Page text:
Kim has a history of wardrobe malfunction. From a visible tag on her backside to the seam of her shape wear. Oh Kim! When will you get it right?
By Fatima Islam
This is a copy of an original article published on the website of Closer Magazine, a product of Bauer Media.
One thing we have learned is dating a singer is not a good idea, if you must then please don’t upset them and it seems that John Mayer has learned it the hard way.
When Mayer wrote ‘Your body is a wonderland’, a romantic ode to his ex Jennifer Love Hewitt it was a hit. But now the singer is upset and feels humiliated because his ex, Taylor Swift who happens to be a singer, has written a song ‘Dear John’. Take that Mayer!!!
So what’s the big deal about the lyrics, anyway? It so happens that Taylor briefly dated Mayer in 2009 when she was a teenager. The lyrics reflect her heartache,
‘I see it all now that you’re gone, Don’t you think I was too young,
To be messed with, the girl in the dress. Cried whole way home.
I should’ve known.’ ‘Don’t you thing nineteen’s too young to be played by your dark, twisted games, When I loved you so. ’
In an interview with Rolling Stone John Mayer tells, ‘It made me feel terrible because I did not deserve it. I’m pretty good at taking accountability now, and I never did anything to deserve that. It was a really lousy thing for her to do.’
He claims that he was blindsided by the songs and was unaware of her feelings towards him. ‘I never got an email. I never got a phone call. I was really caught off-guard, and it really humiliated me at a time when I’d already been dressed down. I mean, how would you feel if, at the lowest you’ve ever been, someone kicked you even lower? ‘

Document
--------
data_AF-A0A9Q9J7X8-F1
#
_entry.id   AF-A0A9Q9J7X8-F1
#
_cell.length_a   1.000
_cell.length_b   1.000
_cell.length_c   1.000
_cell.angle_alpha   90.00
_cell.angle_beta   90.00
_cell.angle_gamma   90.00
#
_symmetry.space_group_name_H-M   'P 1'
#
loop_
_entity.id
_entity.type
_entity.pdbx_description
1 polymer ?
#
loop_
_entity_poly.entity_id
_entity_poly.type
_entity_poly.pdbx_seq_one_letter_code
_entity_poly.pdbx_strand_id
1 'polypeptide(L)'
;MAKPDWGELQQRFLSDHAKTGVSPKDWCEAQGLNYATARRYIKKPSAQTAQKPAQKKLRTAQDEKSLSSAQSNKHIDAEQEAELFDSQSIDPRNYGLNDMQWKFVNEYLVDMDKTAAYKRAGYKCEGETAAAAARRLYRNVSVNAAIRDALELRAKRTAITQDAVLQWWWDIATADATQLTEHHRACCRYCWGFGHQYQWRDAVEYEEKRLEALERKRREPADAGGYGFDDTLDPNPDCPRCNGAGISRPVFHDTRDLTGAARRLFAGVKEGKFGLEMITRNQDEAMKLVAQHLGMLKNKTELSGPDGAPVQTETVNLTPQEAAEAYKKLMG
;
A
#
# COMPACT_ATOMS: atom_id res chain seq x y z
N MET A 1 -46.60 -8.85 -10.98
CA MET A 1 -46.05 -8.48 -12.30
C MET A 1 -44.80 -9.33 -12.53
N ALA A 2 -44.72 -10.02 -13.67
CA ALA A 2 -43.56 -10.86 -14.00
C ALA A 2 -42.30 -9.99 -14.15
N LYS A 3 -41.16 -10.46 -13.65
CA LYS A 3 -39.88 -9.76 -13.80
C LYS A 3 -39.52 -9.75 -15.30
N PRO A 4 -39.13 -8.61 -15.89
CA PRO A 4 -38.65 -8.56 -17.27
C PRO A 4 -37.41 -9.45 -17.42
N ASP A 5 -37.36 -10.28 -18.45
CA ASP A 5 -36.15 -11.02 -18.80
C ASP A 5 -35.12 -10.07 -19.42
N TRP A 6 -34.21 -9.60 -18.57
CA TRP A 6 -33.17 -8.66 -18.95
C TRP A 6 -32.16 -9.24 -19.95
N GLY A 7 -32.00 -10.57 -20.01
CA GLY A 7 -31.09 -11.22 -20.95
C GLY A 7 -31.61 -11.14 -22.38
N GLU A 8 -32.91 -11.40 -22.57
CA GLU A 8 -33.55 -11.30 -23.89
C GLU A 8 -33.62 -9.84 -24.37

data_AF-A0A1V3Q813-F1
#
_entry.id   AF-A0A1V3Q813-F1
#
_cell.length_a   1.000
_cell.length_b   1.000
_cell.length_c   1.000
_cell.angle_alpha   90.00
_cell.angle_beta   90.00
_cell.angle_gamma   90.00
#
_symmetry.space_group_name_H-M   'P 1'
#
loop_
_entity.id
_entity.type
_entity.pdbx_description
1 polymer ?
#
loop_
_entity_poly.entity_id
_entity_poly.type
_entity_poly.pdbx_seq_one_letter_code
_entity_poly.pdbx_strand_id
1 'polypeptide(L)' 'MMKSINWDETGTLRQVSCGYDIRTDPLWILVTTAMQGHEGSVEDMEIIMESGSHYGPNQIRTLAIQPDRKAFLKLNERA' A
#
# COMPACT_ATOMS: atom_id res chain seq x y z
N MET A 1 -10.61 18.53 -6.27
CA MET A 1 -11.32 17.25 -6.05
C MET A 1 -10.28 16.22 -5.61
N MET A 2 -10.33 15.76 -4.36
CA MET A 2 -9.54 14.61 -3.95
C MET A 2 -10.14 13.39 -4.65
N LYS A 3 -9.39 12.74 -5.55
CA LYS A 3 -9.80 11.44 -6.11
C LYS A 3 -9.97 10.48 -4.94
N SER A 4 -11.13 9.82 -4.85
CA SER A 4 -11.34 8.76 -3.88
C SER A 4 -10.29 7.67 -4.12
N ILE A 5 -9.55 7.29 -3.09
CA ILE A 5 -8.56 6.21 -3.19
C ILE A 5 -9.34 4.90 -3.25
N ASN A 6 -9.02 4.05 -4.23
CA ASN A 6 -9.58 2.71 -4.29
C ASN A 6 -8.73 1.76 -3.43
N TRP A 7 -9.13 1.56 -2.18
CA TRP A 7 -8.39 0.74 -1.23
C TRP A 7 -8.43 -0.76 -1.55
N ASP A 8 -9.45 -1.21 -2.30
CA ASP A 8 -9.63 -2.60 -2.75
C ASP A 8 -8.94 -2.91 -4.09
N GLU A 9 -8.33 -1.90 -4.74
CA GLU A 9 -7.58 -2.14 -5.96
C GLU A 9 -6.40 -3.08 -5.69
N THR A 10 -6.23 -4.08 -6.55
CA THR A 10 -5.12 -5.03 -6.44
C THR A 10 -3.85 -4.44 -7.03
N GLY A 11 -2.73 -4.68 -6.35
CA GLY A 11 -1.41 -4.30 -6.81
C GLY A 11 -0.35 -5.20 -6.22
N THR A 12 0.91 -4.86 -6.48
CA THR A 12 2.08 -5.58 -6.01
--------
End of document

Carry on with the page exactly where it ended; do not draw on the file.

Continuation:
He refused to answer when asked to explain the song’s line, `Don’t you think I was too young to be messed with? ‘ Mayer replied: ‘I don’t want to go into that.’ And I will say as a songwriter that I think it’s kind of cheap songwriting. ‘
He further adds, ‘I know she’s the biggest thing in the world, and I’m not trying to sink anybody’s ship, but I think it’s abusing your talent to rub your hands together and go, ‘Wait till he gets a load of this! ‘ That’s bulls**t.’
By Fatima Islam
For most of us, our experience on Facebook is a benign – even banal – one. A status update about a colleague’s commute. A “friend” request from someone we haven’t seen for years (and hoped to avoid for several more). A picture of another friend’s baby, barely distinguishable from the dozen posted the day before.